How is your organisation going to be affected by changes to the tax system in regards to childcare? Expert Rebecca Benneyworth gives her advice.
Employers operating childcare voucher and similar schemes will have their work cut out after 5 April if new employees join the scheme. Changes brought forward to reduce the cost of the tax relief for higher paid staff mean that although the employer can still provide vouchers worth up to £55 per week to employees through the scheme, the limit on the tax free amount will vary for staff joining the scheme after 5 April 2011.
New staff who earn sufficient from that employment to be either higher rate or additional rate taxpayers will see a benefit reported on their P11D form at the end of the year to reflect the reduced tax free allowance.
The change affects employers operating two types of scheme:
- Childcare vouchers
- Directly contracted childcare
The change does not affect employers operating workplace nurseries. These continue to be a tax-free benefit without limit provided conditions are met.
Existing employees are not affected by the change. To meet the definition of existing employees, the individuals must have submitted an application to the employer on or before 5 April 2011, and be eligible to receive tax and NIC exemption on that date. This means that the child must be born or placed for adoption at 5 April 2011.
What employers must do
When an employee joins a scheme on or after 6 April 2011 the employer must carry out a Basic Earnings Assessment. This is to establish their marginal tax rate for these purposes, and is carried out when the employee joins the scheme and annually at the start of the tax year thereafter.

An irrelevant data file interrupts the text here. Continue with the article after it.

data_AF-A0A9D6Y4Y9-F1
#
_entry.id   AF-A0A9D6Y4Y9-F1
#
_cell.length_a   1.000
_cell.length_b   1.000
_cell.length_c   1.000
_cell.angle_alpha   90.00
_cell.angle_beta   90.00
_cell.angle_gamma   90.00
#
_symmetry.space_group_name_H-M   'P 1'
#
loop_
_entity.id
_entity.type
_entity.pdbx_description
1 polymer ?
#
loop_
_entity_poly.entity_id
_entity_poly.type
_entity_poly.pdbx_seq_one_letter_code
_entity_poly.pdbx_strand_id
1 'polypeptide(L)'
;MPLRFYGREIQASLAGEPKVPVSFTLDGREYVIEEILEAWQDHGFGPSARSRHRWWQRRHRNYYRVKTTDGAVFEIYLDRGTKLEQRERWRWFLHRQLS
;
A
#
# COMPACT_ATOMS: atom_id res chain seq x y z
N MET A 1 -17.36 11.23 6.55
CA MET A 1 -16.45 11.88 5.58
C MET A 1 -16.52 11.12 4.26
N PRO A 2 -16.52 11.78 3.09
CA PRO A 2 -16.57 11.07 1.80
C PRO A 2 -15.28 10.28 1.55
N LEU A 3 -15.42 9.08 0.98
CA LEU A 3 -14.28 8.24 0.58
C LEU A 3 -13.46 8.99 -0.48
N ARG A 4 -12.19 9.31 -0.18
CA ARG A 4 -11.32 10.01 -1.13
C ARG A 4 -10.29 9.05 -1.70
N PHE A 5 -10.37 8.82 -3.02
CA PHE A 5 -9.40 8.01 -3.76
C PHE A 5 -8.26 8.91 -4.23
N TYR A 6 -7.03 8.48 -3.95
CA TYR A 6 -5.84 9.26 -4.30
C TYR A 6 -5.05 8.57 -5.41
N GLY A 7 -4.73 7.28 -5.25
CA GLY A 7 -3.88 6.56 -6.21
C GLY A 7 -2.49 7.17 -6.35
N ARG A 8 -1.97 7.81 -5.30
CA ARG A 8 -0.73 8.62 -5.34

The basic earnings assessment is based on the information available at the time it is carried out, which is when the employee joins the scheme, and thereafter at the start of each tax year. Once carried out it remains unchanged for the balance of the tax year. The information used in the assessment is derived only from the current employment (irrespective of other employments held), and must include:
- Basic pay as per contract of employment (this employment only)
- Benefits in kind
- Contractual or guaranteed bonuses
- London weighting or other regional allowances
- Taxable benefits
- Shift allowances.
Performance-related pay and bonuses, and overtime are excluded.
The assessment is used to determine how much the tax free allowance is for the year (see the table below). The basic earnings assessment amount is compared to the higher and additional rate thresholds, adjusting for personal allowances if appropriate (although it is not clear how employers are supposed to do this in practice).
If the employees receive amounts in excess of the tax free amounts, the excess is to be included on the P11D for that year. For NIC purposes if the excess is provided as vouchers then the amount should be included in payroll and employer and employee NIC accounted for at the time the vouchers are provided. If the excess is directly contracted childcare NIC is Class 1A and reported on P11D and P11D(b) accordingly.
Beware sting in the tail
If in the interests of simplicity the employer decides to close the scheme to new entrants from 6 April 2011 to avoid these complications, the scheme is then no longer open to all employees and all current recipients of vouchers or directly contracted childcare will be taxable and NICable in full!
Rebecca Benneyworth is tax editor for AccountingWeb.co.uk and an expert lecturer on all things tax.
- This article first appeared on our sister site, AccountingWeb.co.uk